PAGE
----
Sidi Ifni is a small fishing town that was a Spanish territory up until 1969. Located on the Atlantic coast in southwest Morocco, it retains its Spanish heritage and has a distinct Iberian feel. Locals have painted their town blue and white, and the color scheme is continued in their turbans and robes. A haven for Europeans seeking a respite from the chillier months of the year, you’ll see camper vans lining the town beach in the winter, though the summer months are the best time for surfing, kite boarding and swimming, when the water is warmer and the wind picks up a bit. Its main appeal is a laid-back atmosphere – there are no discos or nightclubs, no tour buses or huge beachfront hotels, but tourists can enjoy meandering around the old Spanish church, checking out the local fish market and taking in amazing ocean views from the lighthouse.

Jebel Toubkal, Roumd Toubkal National Park High Atlas
Credit: bigstock.com
Toubkal National Park High Atlas

Jebel Toubkal, Roumd

Roumd is the largest village in the Mizane Valley, an extraordinary destination built on a vast moraine spur that hovers over 6,000 feet above the valley. It’s used as a base by several trekking companies which take visitors to Jebel Toubkal, North Africa’s highest peak at 13,667 feet in the High Atlas Mountains. The journey is more of a walk rather than a climb, but it is still quite a challenge. From Roumd, it’s about a 90-minute trek to the pilgrimage site of Sidi Chamarouch, followed by another four hours or so to the Toubkal refuges which sit at the foot of the final slopes of Toubkal. The summit of the mountain is eventually reached by taking the serpentine path to the spectacular southern cliffs, where the reward is some of the most impressive views in the country.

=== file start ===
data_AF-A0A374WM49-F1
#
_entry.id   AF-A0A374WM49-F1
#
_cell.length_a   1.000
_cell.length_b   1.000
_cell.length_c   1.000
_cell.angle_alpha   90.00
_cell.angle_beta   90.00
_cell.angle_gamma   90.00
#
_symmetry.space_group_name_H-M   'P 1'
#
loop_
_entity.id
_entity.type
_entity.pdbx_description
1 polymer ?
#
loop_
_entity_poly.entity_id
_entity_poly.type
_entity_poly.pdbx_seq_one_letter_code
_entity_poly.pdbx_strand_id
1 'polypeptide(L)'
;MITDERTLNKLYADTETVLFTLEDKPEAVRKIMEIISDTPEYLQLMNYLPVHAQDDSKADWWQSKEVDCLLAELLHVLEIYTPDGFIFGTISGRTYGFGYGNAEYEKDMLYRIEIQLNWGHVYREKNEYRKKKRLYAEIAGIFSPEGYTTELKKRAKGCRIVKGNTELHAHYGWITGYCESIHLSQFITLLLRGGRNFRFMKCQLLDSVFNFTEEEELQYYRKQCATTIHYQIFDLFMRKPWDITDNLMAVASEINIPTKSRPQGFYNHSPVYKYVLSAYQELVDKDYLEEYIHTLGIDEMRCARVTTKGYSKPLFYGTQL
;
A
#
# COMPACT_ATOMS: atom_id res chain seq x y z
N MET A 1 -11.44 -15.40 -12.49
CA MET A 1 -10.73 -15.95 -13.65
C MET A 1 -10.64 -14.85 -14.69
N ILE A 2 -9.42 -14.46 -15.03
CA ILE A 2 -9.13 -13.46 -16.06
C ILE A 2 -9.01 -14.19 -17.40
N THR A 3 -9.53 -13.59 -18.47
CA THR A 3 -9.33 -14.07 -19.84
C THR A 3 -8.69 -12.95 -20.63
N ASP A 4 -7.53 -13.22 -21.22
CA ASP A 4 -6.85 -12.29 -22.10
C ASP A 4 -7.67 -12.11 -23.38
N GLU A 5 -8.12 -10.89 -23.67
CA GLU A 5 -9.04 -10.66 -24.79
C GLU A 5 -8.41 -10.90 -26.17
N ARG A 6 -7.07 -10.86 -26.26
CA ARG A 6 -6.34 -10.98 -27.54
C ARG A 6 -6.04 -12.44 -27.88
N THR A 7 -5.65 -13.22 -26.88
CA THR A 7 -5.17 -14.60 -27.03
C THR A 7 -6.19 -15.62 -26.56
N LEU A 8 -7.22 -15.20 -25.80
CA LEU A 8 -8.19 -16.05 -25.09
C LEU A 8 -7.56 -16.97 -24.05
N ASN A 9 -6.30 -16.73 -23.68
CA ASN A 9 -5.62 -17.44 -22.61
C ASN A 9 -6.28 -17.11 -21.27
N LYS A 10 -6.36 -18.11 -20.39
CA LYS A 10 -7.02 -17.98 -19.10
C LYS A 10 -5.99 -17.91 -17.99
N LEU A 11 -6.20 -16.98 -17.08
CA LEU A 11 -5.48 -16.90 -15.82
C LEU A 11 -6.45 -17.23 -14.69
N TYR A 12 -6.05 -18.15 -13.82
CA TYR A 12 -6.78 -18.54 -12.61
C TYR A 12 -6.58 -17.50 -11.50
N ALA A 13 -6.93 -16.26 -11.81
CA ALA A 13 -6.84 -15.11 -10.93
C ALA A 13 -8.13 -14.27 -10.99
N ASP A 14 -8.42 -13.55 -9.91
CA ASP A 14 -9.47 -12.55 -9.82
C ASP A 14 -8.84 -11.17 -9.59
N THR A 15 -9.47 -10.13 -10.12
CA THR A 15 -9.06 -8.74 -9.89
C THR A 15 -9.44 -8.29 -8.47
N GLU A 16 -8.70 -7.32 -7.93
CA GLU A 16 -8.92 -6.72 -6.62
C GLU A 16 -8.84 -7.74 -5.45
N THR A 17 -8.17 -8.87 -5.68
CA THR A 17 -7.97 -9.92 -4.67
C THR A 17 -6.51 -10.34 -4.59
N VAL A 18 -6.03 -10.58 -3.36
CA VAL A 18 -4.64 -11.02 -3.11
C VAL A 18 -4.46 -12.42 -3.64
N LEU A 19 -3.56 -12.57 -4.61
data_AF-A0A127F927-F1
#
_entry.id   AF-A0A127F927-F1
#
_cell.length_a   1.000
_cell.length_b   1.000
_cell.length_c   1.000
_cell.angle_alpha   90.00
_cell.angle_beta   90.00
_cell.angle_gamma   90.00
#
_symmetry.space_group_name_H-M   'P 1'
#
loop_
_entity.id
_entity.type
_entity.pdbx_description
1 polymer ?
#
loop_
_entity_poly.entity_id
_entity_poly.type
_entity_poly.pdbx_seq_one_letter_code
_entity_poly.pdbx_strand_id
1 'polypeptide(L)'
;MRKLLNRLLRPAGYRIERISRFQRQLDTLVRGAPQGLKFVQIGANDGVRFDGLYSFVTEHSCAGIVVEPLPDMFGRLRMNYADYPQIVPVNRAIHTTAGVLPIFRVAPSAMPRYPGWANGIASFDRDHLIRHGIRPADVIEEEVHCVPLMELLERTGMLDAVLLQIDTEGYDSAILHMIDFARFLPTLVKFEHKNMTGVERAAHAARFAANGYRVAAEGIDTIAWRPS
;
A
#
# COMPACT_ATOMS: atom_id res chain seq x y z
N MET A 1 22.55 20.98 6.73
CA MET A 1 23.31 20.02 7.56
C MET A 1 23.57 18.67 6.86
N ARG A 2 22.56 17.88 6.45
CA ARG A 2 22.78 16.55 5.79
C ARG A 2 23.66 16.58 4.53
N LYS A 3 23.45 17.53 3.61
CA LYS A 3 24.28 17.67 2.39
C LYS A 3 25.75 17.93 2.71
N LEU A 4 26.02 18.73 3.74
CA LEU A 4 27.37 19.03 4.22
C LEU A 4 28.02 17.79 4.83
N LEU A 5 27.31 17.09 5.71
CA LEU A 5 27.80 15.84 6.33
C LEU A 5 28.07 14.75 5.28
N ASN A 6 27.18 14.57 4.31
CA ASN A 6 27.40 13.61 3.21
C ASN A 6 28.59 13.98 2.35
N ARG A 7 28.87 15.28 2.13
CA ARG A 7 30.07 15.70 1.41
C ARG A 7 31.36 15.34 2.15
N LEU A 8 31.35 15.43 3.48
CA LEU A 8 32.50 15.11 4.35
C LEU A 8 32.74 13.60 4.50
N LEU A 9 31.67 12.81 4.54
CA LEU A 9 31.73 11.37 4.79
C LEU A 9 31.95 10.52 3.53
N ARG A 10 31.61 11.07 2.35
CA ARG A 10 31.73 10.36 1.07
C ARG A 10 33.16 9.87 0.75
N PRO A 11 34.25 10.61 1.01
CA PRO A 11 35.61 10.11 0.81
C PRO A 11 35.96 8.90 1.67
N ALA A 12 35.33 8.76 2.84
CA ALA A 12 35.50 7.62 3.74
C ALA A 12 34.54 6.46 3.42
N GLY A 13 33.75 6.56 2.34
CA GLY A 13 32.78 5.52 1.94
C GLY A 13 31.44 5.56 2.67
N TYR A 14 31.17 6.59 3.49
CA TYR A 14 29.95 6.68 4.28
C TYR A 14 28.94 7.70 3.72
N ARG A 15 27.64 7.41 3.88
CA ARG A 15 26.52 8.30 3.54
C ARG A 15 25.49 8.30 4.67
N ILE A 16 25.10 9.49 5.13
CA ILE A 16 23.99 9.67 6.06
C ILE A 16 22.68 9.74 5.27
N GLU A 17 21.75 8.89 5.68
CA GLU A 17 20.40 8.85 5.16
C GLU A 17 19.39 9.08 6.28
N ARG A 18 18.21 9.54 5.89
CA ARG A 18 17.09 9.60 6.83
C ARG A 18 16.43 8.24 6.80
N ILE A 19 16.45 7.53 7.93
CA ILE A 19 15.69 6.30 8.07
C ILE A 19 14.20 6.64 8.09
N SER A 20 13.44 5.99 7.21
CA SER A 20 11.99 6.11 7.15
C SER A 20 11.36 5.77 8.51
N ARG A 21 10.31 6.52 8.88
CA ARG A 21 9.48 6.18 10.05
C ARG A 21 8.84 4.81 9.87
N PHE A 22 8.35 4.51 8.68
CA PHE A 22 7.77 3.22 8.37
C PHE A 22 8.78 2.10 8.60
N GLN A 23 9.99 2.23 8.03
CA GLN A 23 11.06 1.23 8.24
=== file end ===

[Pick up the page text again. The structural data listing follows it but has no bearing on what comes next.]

Asilah Asilah
Asilah

Asilah

Asilah is a popular seaside resort town on Morocco’s north coast with a rich history that dates all the way back to 1500 BC when it was a trade center of the Phoenicians. More recently, in the 19th and 20th centuries, it was used by pirates as their base of operations. You’ll see fortifications from these bygone eras surrounding the restored medina. Every year artists and performers descend on Asilah from all over the world for the International Festival of Asilah, leaving paintings that fill its white washed walls in the old part of town. Visitors can wander for hours admiring the works of art, from smaller, intricate pieces to large murals that fill entire walls, changing from year to year. Beach lovers will find a true paradise at Paradise Beach in the off season, a beautiful stretch of sand that’s filled with locals and tourists in the summer, but mostly untouched the rest of the year.

Merzouga Merzouga
Merzouga

Merzouga

This village in the Sahara Desert sits on the edge of the impressive Erg Chebbi, an over 30-mile-long and 3-mile-wide set of sand dunes that soar up to 1,150 feet high. This is a great place to take a camel trek into the desert to get a taste of Bedouin life, including Berber food and music, riding camels into the dunes and spending the night in desert camps. Because this has become an increasing popular activity with tourists, to experience the true ethereal beauty of Erg Chebbi, it’s best to go in the off season, particular in late November, January or February. These are not only the quietest times, but some of the best periods weather wise as well.

Fez Fez, Morocco
Credit: Bigstock.com
Fez, Morocco

Fez

Fez is considered to be the most complete medieval city in the Arab world. It’s a unique and enchanting mix of Middle Ages meets modern world as an Imperial city that’s stood in northern Morocco for over a thousand years. Wander through the high walled streets, watch the daily procession of mourners that enter the tomb of the city’s founder, Moulay Idriss II, and gaze at the ornate carvings and mosaics found on every surface. Simply losing yourself in the twists and turns of the ancient Medina streets while eating delicious pastilla purchased from a local food vendor is an unforgettable experience. At some point, be sure to escape the bustle of the streets by heading to one of the rooftops where you can get a bird’s-eye view of the medina, particularly stunning at sunset, and after dark.

Rabat Rabat
Rabat

Rabat

The capital city of Morocco, located on the Atlantic coast at the mouth of the river Bou Regreg, offers a ton of things to see and do, with its new portion featuring lovely outdoor cafes and wide boulevards, while the old town, or medina, with its fortified walls is enjoyable enough just to wander around and adventure in when something takes your fancy. Shop for leather and carpets while soaking up the atmosphere, and be sure to check out the Kasbah des Oudaias which sits on a bluff overlooking the sea.